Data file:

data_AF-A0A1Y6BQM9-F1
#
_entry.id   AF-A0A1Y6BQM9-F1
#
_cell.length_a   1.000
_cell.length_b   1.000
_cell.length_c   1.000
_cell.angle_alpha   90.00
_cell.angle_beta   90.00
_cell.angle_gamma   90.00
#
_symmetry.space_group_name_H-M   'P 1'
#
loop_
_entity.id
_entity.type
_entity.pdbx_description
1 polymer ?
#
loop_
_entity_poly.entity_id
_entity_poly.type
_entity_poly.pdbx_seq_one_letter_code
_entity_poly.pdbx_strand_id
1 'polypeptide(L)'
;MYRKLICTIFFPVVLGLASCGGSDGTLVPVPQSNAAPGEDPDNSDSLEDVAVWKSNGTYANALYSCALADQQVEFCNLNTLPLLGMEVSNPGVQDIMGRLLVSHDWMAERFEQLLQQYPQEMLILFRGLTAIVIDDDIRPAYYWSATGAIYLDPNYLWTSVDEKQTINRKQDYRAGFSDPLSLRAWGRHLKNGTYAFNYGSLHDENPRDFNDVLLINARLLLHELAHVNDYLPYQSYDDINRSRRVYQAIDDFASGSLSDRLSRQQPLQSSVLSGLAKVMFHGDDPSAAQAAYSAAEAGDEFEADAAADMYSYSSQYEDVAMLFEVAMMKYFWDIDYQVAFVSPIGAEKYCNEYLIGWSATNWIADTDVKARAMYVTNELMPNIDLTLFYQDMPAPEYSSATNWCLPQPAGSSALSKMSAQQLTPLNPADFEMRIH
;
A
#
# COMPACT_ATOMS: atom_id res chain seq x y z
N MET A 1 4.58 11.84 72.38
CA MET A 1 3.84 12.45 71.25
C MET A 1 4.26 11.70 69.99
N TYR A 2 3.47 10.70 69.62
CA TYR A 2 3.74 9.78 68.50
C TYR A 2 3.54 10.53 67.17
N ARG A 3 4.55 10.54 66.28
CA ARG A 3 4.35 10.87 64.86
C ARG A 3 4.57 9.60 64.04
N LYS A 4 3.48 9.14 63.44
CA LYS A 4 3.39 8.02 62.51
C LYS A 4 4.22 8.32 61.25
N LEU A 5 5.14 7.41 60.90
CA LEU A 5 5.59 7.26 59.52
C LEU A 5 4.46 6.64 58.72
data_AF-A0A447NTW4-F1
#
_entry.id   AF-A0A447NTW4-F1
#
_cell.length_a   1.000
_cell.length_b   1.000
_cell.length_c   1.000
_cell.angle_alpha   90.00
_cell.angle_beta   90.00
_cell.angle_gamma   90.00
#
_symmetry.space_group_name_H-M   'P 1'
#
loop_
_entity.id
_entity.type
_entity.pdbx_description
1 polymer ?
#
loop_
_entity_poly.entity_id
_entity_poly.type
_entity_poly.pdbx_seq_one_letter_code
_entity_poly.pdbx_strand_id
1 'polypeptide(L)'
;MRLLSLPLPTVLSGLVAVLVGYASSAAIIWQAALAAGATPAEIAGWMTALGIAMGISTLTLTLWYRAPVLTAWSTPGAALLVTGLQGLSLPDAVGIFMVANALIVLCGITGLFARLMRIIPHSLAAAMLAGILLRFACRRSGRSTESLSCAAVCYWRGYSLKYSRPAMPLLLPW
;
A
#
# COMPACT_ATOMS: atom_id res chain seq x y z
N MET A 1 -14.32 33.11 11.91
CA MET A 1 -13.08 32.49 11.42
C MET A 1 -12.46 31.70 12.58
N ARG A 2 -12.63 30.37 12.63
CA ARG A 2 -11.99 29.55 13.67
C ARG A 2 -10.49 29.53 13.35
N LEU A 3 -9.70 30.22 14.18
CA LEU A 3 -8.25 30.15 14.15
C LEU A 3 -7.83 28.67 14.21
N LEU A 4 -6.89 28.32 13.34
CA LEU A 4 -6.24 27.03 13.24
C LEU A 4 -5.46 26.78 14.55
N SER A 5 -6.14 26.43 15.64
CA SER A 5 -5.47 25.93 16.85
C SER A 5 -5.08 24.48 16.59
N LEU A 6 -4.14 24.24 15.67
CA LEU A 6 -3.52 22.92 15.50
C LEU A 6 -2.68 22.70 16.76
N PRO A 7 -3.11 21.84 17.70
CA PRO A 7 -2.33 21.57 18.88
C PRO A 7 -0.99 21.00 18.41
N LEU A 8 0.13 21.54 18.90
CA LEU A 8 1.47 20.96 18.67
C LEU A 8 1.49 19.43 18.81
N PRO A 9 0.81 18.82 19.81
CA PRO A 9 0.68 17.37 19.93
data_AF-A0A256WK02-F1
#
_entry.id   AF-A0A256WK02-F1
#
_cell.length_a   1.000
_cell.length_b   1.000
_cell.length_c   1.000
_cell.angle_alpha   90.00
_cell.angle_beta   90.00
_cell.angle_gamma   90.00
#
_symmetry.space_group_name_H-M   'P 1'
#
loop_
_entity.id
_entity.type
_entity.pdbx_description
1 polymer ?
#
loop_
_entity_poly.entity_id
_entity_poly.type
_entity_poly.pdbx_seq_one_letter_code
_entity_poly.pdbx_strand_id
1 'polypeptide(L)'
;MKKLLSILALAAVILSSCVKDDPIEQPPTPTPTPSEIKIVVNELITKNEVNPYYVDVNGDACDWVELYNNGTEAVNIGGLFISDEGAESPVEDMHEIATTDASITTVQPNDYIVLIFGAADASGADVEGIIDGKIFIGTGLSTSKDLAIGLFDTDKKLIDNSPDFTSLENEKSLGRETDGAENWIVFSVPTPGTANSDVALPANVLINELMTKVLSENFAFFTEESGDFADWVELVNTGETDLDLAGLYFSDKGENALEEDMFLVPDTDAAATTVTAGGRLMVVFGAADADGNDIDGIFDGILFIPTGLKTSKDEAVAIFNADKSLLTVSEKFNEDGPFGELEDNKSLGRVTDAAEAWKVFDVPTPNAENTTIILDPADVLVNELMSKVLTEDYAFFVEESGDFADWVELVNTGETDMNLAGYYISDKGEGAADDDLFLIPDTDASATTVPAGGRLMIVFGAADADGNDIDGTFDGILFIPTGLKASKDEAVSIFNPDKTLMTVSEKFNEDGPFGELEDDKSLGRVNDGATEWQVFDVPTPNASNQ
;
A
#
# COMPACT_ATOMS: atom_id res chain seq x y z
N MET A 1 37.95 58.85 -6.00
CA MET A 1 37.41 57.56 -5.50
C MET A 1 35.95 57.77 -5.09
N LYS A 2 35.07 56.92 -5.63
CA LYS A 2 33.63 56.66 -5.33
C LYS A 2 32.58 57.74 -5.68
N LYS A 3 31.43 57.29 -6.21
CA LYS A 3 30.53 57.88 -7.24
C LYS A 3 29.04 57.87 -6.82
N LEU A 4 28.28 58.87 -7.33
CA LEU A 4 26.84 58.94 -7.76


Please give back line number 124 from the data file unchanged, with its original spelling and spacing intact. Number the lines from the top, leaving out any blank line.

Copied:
_entity_poly.pdbx_seq_one_letter_code